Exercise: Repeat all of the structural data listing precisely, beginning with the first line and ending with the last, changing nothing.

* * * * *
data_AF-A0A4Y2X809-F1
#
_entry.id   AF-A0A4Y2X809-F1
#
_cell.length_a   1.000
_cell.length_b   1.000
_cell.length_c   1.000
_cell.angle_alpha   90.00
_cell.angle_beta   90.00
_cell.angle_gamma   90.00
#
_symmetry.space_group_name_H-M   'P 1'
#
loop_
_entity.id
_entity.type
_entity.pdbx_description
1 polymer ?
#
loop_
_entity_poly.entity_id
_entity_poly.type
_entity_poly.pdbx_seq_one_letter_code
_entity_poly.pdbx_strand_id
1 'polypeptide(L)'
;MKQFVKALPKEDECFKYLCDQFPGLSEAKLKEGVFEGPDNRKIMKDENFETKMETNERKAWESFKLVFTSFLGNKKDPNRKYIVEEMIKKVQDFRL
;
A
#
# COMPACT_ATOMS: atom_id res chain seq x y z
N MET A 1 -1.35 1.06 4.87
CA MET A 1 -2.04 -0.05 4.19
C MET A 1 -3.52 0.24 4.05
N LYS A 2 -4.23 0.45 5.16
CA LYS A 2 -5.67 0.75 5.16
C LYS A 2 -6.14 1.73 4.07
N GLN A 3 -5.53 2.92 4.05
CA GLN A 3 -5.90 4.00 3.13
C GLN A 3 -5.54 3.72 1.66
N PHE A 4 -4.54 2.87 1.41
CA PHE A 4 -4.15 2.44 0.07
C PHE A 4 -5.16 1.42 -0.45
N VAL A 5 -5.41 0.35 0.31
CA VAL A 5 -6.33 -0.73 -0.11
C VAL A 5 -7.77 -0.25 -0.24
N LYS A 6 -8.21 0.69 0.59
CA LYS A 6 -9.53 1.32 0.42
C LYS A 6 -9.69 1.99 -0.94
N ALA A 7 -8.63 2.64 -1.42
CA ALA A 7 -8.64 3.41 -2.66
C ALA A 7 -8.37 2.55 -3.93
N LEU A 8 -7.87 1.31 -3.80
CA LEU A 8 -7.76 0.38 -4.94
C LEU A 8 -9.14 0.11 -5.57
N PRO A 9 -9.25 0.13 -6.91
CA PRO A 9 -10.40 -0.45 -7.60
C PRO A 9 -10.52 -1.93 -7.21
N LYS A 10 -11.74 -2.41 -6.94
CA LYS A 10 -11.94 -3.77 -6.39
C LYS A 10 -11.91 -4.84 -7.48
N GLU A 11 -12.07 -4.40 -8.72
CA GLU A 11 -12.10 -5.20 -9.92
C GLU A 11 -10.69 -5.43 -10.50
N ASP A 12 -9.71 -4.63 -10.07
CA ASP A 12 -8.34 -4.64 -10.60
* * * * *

data_AF-A0A4Y2X809-F1
#
_entry.id   AF-A0A4Y2X809-F1
#
_cell.length_a   1.000
_cell.length_b   1.000
_cell.length_c   1.000
_cell.angle_alpha   90.00
_cell.angle_beta   90.00
_cell.angle_gamma   90.00
#
_symmetry.space_group_name_H-M   'P 1'
#
loop_
_entity.id
_entity.type
_entity.pdbx_description
1 polymer ?
#
loop_
_entity_poly.entity_id
_entity_poly.type
_entity_poly.pdbx_seq_one_letter_code
_entity_poly.pdbx_strand_id
1 'polypeptide(L)'
;MKQFVKALPKEDECFKYLCDQFPGLSEAKLKEGVFEGPDNRKIMKDENFETKMETNERKAWESFKLVFTSFLGNKKDPNRKYIVEEMIKKVQDFRL
;
A
#
# COMPACT_ATOMS: atom_id res chain seq x y z
N MET A 1 -1.35 1.06 4.87
CA MET A 1 -2.04 -0.05 4.19
C MET A 1 -3.52 0.24 4.05
N LYS A 2 -4.23 0.45 5.16
CA LYS A 2 -5.67 0.75 5.16
C LYS A 2 -6.14 1.73 4.07
N GLN A 3 -5.53 2.92 4.05
CA GLN A 3 -5.90 4.00 3.13
C GLN A 3 -5.54 3.72 1.66
N PHE A 4 -4.54 2.87 1.41
CA PHE A 4 -4.15 2.44 0.07
C PHE A 4 -5.16 1.42 -0.45
N VAL A 5 -5.41 0.35 0.31
CA VAL A 5 -6.33 -0.73 -0.11
C VAL A 5 -7.77 -0.25 -0.24
N LYS A 6 -8.21 0.69 0.59
CA LYS A 6 -9.53 1.32 0.42
C LYS A 6 -9.69 1.99 -0.94
N ALA A 7 -8.63 2.64 -1.42
CA ALA A 7 -8.64 3.41 -2.66
C ALA A 7 -8.37 2.55 -3.93
N LEU A 8 -7.87 1.31 -3.80
CA LEU A 8 -7.76 0.38 -4.94
C LEU A 8 -9.14 0.11 -5.57
N PRO A 9 -9.25 0.13 -6.91
CA PRO A 9 -10.40 -0.45 -7.60
C PRO A 9 -10.52 -1.93 -7.21
N LYS A 10 -11.74 -2.41 -6.94
CA LYS A 10 -11.94 -3.77 -6.39
C LYS A 10 -11.91 -4.84 -7.48
N GLU A 11 -12.07 -4.40 -8.72
CA GLU A 11 -12.10 -5.20 -9.92
C GLU A 11 -10.69 -5.43 -10.50
N ASP A 12 -9.71 -4.63 -10.07
CA ASP A 12 -8.34 -4.64 -10.60